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Ovarian tumours linked to IVF

27th October 2011

A UK cancer charity has sounded a note of caution over findings of a preliminary study that IVF has been linked to an increased risk of ovarian tumours in later life.

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Dutch researchers suggested that women given fertility drugs to produce eggs had more than triple the risk of an ovarian tumour that may turn cancerous, although they acknowledged the risks were low.

But Cancer Research UK stressed the numbers involved in the study, published in the journal Human Reproduction, were too small to draw firm conclusions.

The charity’s senior health information officer Dr Claire Knight said: “This interesting study suggests a possible link between ovarian stimulation for IVF and borderline ovarian tumours, but it certainly doesn't show that IVF causes invasive ovarian cancer.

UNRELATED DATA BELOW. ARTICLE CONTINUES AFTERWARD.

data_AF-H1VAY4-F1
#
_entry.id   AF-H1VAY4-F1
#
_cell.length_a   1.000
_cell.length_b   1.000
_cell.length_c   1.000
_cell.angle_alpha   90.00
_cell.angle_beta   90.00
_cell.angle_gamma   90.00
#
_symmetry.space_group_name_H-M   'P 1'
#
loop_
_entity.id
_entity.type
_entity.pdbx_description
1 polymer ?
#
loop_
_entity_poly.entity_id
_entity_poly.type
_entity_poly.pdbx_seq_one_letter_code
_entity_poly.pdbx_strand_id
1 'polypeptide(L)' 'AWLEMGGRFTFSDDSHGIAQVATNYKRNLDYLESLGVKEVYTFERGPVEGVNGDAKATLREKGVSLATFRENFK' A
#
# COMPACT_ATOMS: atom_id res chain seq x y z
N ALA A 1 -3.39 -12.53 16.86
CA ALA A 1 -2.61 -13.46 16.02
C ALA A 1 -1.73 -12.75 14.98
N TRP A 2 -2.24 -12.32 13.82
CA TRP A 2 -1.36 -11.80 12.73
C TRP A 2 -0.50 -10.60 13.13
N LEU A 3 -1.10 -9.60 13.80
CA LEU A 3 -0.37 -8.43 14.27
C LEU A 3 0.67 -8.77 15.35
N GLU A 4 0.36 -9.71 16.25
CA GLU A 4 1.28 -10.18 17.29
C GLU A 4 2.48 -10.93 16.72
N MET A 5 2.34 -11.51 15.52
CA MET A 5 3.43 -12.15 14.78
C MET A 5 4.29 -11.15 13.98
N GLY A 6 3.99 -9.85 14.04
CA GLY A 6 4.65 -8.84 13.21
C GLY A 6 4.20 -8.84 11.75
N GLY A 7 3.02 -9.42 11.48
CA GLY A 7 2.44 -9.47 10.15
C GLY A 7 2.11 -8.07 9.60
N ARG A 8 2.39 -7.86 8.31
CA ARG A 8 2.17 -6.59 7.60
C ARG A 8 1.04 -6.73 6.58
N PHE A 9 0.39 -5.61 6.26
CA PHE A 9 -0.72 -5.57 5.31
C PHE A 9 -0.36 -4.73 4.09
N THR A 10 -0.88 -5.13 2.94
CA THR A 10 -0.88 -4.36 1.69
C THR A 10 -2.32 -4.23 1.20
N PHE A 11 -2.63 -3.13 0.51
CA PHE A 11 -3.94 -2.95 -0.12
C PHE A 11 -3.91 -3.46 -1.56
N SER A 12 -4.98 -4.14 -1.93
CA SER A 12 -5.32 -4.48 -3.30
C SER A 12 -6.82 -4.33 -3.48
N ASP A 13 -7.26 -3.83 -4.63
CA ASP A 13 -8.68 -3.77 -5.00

“There were only a relatively small number of cases in this study, and the researchers didn't find that risk increased with the number of cycles a woman had, making conclusions hard to reach.

“Women can reduce their risk of ovarian cancer by being a non-smoker and keeping a healthy weight, and women who have taken the pill or been pregnant are also at lower risk.”

The Dutch team followed more than 25,000 women attending IVF clinics in The Netherlands in the 80s and 90s and follow-up investigations revealed more cases than expected of ovarian tumours in the women.

However, Professor Hani Gabra of the Ovarian Cancer Action Research Centre at Imperial College London said this latest study – in line with previous similar research - found the risks of invasive ovarian cancer are small.

 

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